William F. Buckley

Loving misses this component of the story. I had watched with horror when Buckley held a press conference with Edgar upon
"When he looks at a glass, he is mesmerized by its reflection."
Based on his record, he is not the American people's voice, nor this nation's. In this election season, as it has always been, Donald J. Trump's voice is just his own.
en.wikipedia.org Where Jack had close friends in the black community and generally projected an image of tolerance far beyond
National Review editor Rich Lowry is now leading an effort urging conservatives to speak out against Donald Trump and oppose his candidacy.
While the documentary shows Kramer in robust health and, later in life, as a frail senior citizen, it teaches viewers what can happen when one fiercely intelligent man (who is not willing to take "no" for an answer) speaks truth to power.
What William F. Buckley and Gore Vidal did for discourse in America was unprecedented. They proved there was a time not so long ago we relished hearing both sides of political arguments. And there is a time -- call it the present -- when a hunger for authenticity seems to be driving both parties in unexpected directions.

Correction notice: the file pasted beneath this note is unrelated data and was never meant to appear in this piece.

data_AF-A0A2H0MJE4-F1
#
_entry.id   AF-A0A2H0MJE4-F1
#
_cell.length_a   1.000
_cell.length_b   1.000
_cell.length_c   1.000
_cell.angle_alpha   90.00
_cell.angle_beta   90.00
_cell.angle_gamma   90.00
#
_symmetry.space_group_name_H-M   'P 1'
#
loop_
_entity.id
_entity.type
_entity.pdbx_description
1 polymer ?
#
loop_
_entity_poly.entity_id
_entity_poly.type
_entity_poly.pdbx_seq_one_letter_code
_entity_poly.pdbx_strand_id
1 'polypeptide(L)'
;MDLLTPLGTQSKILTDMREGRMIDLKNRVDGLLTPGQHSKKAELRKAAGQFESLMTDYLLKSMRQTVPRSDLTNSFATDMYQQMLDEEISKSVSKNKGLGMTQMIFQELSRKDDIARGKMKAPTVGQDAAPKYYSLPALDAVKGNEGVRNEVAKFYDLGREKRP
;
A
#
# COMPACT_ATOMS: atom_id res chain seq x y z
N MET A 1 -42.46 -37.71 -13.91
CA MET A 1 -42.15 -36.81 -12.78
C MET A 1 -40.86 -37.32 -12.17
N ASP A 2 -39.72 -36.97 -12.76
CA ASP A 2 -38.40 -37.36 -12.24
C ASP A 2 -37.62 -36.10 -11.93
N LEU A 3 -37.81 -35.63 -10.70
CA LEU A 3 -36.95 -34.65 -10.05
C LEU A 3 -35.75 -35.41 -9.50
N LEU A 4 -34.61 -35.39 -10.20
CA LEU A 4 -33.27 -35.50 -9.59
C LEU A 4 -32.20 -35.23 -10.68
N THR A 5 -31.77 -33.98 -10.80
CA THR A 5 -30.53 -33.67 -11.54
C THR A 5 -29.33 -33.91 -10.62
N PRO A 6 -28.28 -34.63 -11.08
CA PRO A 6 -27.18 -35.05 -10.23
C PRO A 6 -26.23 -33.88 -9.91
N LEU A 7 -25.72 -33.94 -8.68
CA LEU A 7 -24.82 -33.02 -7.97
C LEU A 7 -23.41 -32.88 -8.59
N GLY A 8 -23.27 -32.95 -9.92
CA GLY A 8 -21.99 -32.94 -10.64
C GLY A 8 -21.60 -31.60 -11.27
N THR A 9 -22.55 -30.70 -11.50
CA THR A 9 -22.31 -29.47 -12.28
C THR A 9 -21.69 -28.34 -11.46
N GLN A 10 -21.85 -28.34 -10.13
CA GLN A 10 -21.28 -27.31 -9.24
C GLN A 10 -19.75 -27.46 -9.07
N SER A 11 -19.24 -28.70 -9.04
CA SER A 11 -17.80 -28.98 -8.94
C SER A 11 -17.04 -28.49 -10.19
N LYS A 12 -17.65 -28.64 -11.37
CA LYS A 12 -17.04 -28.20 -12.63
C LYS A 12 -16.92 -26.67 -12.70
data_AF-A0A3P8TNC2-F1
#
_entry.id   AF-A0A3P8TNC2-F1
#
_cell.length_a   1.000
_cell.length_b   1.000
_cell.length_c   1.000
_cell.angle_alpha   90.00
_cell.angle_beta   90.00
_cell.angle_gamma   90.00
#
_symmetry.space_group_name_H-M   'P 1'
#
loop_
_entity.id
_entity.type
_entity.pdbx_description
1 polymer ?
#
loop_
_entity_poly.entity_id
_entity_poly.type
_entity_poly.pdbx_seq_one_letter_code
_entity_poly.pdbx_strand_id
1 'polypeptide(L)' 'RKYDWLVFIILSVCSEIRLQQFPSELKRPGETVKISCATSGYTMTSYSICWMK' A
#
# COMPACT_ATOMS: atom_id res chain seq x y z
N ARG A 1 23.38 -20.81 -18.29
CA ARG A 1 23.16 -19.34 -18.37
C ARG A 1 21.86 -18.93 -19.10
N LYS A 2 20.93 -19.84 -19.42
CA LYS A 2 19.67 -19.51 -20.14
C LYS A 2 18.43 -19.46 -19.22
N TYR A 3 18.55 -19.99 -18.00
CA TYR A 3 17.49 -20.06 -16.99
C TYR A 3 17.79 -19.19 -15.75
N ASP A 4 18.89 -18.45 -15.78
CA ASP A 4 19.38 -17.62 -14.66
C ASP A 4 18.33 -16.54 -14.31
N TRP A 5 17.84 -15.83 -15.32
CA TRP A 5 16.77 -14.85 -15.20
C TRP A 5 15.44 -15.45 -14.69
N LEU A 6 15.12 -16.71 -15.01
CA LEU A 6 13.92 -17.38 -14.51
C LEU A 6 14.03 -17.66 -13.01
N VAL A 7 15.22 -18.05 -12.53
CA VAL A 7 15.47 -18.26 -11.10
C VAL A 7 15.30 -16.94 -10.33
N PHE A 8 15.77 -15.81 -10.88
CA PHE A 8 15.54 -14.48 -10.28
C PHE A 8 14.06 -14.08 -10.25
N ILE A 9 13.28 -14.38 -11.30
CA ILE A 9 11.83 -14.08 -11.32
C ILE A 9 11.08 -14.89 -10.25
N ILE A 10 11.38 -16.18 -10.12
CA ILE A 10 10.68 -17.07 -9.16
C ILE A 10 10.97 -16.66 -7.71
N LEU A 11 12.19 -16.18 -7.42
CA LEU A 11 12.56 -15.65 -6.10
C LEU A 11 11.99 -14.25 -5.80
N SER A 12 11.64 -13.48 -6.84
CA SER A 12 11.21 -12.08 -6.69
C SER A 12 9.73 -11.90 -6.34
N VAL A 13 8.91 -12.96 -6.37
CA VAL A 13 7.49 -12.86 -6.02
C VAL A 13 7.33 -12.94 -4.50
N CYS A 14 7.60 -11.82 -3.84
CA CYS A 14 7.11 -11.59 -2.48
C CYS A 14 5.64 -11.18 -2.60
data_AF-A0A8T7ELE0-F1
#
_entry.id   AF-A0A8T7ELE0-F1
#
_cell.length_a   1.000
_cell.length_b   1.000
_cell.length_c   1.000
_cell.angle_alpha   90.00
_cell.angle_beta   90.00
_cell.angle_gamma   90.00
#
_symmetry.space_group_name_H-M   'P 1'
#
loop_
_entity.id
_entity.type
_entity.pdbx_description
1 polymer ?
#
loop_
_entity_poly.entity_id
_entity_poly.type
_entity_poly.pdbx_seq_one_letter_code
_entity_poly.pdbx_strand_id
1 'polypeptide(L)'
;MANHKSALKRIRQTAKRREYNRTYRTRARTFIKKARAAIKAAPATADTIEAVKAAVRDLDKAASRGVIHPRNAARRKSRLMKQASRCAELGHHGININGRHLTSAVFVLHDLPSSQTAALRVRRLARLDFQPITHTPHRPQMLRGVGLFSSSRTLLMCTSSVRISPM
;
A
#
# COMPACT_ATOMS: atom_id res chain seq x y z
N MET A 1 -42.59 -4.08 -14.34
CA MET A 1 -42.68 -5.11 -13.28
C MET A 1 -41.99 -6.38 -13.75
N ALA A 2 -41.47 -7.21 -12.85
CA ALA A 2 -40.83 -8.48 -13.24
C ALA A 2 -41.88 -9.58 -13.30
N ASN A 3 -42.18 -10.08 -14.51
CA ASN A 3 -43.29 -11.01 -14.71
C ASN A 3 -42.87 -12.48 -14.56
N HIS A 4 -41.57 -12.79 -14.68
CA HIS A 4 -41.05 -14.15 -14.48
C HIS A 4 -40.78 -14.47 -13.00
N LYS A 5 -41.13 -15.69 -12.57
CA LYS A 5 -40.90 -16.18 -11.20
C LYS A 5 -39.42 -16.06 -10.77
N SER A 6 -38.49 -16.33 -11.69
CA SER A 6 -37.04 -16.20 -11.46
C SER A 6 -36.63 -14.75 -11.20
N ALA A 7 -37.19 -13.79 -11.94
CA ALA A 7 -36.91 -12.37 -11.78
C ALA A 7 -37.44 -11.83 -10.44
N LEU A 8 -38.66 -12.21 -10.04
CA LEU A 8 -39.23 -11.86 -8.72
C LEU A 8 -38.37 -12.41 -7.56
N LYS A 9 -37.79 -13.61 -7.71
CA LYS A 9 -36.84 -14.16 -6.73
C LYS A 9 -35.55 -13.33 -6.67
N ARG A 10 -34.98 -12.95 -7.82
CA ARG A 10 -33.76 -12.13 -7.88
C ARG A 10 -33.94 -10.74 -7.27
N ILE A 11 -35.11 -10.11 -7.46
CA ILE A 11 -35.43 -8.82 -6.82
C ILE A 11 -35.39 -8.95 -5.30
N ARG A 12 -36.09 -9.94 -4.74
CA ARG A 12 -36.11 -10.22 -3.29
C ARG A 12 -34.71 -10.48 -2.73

I've been saying its like a forest fire of redwoods. If the redwoods were burning, that's them (Buckley and Vidal). And what networks took away was the flame. And that it's devolved into flash paper. Not even any ash. No content, just the explosion.
Stevan Riley's achievement in making a biopic about a great subject, Marlon Brando, who, despite having died in 2004, nevertheless comes fully alive in his own voice. Brando's life was complicated.
"Best of Enemies" is an extraordinarily timely, provocative, powerful, poignant and important film. But its overarching themes are so subtle that the film is not about what you think it is about and you will not comprehend its magnitude until the final sixty seconds and closing credits.